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An ode to love and sexuality: Bhupen Khakhar’s vibrant and fearless paintings


March 10, ON THIS DAY

When I feel I’m telling the truth, then there is no restraint.

Bhupen Khakhar

Bhupen Khakhar was a radical artist– he was as true to his own self and the process of creativity as one can be. Being the first Indian artist who openly depicted homoerotic and gay themes, Khakhar wasn’t always welcome in the Indian art scene and generated quite the controversy. In fact, he received international recognition and acclaim much before he got any sort of acknowledgement in India. Khakhar’s paintings are vibrant and fresh, with a rich colour palette that does not hesitate to break the rules, with greens, bright oranges and hot pinks coexisting together on a singular canvas. The human figures he makes do not observe anatomical perfection; they are weirdly angular, sloping down and placed in awkward positions. They are not beautiful by any means, one can even call them ugly. But Khakhar’s canvas brings alive the everyday and there is something utterly fascinating in his visuals that does not allow the viewer to tear their eyes from his paintings.

Bhuphen Khakhar in his studio
Courtesy: Sotheby’s

Bhupen Khakhar did not start off as an artist. He was born in 1932 on this day to a Gujarati family and he was the first of his family to complete his higher education. His father was a heavy drinker and passed away when Bhupen was four. His mother, Mahalaxmi, put all her expectations on him and Bhupen fulfilled them. He graduated from the University of Bombay with a BA in Economics and worked as a chartered accountant in Baroda. Despite this, he kept pursuing his passion for art on the side. At this point, he had not yet formally studied art, but taught himself what he knew and picked up the brush to eject the inner turmoil of his heart. He did visit the J. J. School of Art in Bombay, but found it monotonous and was worried his family might not be happy. Regardless, perhaps the creative world was always his calling, since the Khakhars were originally artisans from the Portuguese colony of Diu.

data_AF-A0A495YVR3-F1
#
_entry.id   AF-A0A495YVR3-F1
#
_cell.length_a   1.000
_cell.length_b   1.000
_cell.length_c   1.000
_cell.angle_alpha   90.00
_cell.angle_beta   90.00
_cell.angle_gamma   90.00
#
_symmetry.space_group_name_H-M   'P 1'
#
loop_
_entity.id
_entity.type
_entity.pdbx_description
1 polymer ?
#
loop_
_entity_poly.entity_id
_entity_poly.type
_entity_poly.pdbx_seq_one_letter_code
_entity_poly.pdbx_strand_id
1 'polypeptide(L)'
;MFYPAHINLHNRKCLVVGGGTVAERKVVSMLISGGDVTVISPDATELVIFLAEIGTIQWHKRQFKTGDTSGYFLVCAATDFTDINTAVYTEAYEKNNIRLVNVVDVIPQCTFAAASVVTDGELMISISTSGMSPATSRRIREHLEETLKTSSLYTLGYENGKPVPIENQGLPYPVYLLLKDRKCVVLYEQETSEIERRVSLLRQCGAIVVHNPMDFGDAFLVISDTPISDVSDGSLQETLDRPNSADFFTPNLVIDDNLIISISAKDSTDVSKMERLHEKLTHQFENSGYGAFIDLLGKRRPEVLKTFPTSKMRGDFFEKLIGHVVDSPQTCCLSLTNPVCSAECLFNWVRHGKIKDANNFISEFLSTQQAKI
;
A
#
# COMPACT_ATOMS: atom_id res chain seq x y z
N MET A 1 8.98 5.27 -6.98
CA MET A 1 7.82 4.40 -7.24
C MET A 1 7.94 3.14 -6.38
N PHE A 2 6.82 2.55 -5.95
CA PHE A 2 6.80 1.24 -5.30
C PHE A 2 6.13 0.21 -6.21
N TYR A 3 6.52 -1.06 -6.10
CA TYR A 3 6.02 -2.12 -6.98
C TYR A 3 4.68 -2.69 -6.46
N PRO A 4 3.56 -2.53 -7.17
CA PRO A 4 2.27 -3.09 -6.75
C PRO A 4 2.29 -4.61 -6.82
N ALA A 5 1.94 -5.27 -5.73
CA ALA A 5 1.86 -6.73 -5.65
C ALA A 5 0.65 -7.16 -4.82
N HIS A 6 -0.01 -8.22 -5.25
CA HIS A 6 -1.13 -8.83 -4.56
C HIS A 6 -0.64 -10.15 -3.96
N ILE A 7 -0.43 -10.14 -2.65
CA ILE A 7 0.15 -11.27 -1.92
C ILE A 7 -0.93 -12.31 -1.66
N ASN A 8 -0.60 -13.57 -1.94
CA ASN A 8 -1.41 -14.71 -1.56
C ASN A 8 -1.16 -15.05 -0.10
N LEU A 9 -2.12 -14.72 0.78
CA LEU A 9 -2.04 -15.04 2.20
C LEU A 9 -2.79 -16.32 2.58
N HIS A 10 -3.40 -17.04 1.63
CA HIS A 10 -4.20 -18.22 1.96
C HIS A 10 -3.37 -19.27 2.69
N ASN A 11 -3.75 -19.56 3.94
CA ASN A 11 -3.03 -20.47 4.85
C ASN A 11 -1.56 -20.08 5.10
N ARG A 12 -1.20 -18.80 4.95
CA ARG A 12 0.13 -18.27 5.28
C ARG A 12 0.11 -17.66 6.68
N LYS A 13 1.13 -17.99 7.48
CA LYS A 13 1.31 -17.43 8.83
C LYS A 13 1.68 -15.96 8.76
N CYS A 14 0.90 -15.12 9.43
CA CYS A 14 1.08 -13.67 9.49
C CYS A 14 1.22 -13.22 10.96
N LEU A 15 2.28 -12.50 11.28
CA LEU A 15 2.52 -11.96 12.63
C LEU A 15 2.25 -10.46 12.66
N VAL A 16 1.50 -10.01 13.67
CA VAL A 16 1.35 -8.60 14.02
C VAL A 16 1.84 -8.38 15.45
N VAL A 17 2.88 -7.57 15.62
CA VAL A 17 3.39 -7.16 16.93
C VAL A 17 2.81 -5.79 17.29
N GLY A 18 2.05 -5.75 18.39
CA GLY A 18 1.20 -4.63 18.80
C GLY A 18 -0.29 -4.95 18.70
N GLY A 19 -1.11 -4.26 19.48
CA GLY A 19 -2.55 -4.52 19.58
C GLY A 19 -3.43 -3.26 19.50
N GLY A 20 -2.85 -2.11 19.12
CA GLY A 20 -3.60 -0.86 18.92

One of Khakhar’s early paintings titled Hanuman
Courtesy: Prinseps

Khakhar met the Gujarati painter and poet Ghulam Mohammed Sheikh in 1958 and the entire trajectory of his life changed. Sheikh was fascinated by Khakhar’s work and asked him to come to the Faculty of Fine Arts in Baroda. This was newly founded, and Khakhar could freely express what he wanted to paint. The lack of formal training became his best strength as he approached unconventional topics. His early pieces were centered on myths of both religious and secular roots.

De-luxe Tailor by Bhupen Khakhar
Courtesy: Tate

From the 70s, Bhupen found more definition in his artistic style and started painting everyday life, where the center of his artwork was the ordinary man. He painted the provincial middle-class, with all their flaws and idiosyncrasies, especially focusing on the day workers. He took to painting small shops, business and stores, reproducing the quaint and mundane environment. An example of this can be seen in this painting, where he draws a tailor cutting some fabric, but the perspective is distorted at many levels, with the shirts appearing too huge and the fan too tiny. Khakhar was very taken by the everyday life, saying:

I think art is just like everyday life. It is full of frivolity, it has its seriousness; for me, it is a necessity, like when I eat

In 1976, Khakhar travelled abroad to many counties as a part of a cultural exchange programme– it was during this trip he noticed that homosexuality, though still a taboo, was not kept under the wraps as much as it was in India. His visit to the U.K. where the gay rights movement was strong gave him inspiration. He also witnessed several protests and struggles by the lesbian and gay communities, giving him a larger understanding on the importance of accepting oneself. The death of his mother in 1980 gave him the final push to take the courageous step to express his sexuality via art and emerge from the closet.

Two Men in Benaras by Bhupen Khakhar
Courtesy: Sotheby’s

After declaring his homosexuality, Khakhar did not feel like anything was holding him back and he entered the next phase of his artistic creativity. He started painting his erotic paintings, but they did not insist on aesthetic beauty; rather they were made to shock the viewer with their nakedness and ugliness. He painted stories and narratives of ordinary life, but the subjects were transformed from the middle-class workers to the gays, loving each other without impunity.

Khakhar remains as an important figure in the history of modern Indian artists; with his evocative art that did not hide but instead celebrated his sexuality. It has been almost 20 years since his passing, but his art work reveals to us the vibrancy and honesty of this artist who gave hope to many and taught us to accept ourselves.


Interview with Ein Lall




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